The Artificial Intelligence for Decision Making Initiative
In May 2020, the Office of National Intelligence (ONI) and the Defence Science and Technology (DST) Group announced the Artificial Intelligence for Decision Making Initiative. Individuals, businesses and universities were invited to apply their expertise to solve 23 Artificial Intelligence (AI) and Machine Learning (ML) challenges relevant to Australian Defence. Emerging scholar, Dr Baylee Brits, was among the first group of shortlisted applicants.
With training in English Literature and Cultural Analysis, Dr Brits had a strong humanities background, but had been working on Artificial Intelligence topics and the intersection between the sciences and the humanities for several years. However, it wasn’t till she was alerted about the Initiative that she became aware of a possible productive link with Defence.
“When I first heard about the Initiative, I assumed it would prioritise computer scientists, so I was surprised and intrigued when I was told that the ONI and DSTG were interested in different disciplinary perspectives and methods,” she said.
Dr Brits’ project, titled ‘Behaviour Recognition in Real Time, Continuous Environments’, addressed the challenge topic ‘Deceitful/Persuasive Writing Detection’. This set out to detect when an author is intentionally exaggerating or being deceitful amongst a corpus of documents they have written.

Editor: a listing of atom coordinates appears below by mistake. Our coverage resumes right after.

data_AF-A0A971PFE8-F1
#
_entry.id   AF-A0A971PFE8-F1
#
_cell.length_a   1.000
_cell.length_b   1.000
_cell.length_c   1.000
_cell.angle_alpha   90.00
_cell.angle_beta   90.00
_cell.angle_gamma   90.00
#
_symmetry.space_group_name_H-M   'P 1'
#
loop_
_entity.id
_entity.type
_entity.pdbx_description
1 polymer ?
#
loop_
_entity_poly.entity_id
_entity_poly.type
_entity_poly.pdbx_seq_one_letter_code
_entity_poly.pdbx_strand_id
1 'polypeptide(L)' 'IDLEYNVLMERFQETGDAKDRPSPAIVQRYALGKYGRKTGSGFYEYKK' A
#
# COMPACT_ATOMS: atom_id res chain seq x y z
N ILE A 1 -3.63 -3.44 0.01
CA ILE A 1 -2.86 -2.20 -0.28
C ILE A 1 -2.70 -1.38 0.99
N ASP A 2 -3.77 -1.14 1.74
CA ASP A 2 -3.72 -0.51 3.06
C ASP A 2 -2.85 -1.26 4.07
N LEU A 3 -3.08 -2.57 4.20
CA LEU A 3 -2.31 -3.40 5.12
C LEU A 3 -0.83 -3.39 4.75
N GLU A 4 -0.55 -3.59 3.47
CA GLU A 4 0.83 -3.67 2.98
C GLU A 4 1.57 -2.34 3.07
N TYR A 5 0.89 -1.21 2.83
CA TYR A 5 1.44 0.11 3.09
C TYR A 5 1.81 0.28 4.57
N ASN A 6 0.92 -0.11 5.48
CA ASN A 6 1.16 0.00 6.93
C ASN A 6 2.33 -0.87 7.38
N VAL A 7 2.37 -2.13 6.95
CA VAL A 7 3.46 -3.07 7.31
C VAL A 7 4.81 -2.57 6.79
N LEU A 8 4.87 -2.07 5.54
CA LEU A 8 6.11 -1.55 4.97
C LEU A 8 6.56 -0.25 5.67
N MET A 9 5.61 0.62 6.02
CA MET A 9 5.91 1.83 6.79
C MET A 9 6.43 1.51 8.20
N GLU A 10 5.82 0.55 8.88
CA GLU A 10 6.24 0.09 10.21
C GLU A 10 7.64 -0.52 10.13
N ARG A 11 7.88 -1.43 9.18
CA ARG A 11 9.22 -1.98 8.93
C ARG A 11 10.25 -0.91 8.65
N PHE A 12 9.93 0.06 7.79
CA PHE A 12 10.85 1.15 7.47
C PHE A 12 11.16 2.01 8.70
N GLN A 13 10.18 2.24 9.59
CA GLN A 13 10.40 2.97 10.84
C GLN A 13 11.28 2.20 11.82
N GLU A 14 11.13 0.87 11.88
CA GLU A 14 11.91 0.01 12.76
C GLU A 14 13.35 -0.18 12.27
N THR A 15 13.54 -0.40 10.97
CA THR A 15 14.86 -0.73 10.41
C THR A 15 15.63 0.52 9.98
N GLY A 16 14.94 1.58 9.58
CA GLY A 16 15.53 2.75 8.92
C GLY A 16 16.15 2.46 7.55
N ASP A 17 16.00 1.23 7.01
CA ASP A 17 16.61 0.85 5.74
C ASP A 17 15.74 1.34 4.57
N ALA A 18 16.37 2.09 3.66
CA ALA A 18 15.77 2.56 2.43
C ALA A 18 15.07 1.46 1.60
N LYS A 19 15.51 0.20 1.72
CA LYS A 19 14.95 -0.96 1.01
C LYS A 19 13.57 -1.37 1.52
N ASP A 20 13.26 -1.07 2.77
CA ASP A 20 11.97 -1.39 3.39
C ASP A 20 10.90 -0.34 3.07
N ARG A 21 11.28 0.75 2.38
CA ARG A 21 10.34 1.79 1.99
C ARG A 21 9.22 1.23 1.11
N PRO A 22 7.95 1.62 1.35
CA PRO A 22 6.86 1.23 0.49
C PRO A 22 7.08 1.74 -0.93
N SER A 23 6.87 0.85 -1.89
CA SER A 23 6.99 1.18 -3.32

The research utilised unorthodox skills and methods from literary studies, rather than science, to investigate and theorise AI capabilities for textual deceit detection.
“I was keen to challenge myself by working on this (seemingly impossible) research question, and to give more time to my research career after several years of teaching,” said Dr Brits, for whom, like many other recipients, the Initiative proved to be a one-of-a-kind opportunity.
Apart from uncovering a range of unconventional capabilities, it gave individual researchers exposure to defence needs, a platform to test ideas and the opportunity to establish track records. The Defence Science Institute played a leading role in executing this outcome.
With the majority of participants having no previous research engagement with Defence or National Security agencies, the Initiative identified a significant amount of new talent that can be drawn on into the future.
“The work I did as part of the grant was just the beginning of a much bigger project on artificial intelligence and decision making; months later, I’m still kept up at night with the question: how can humanities research on AI and decision-making contribute further to defence research and priorities?”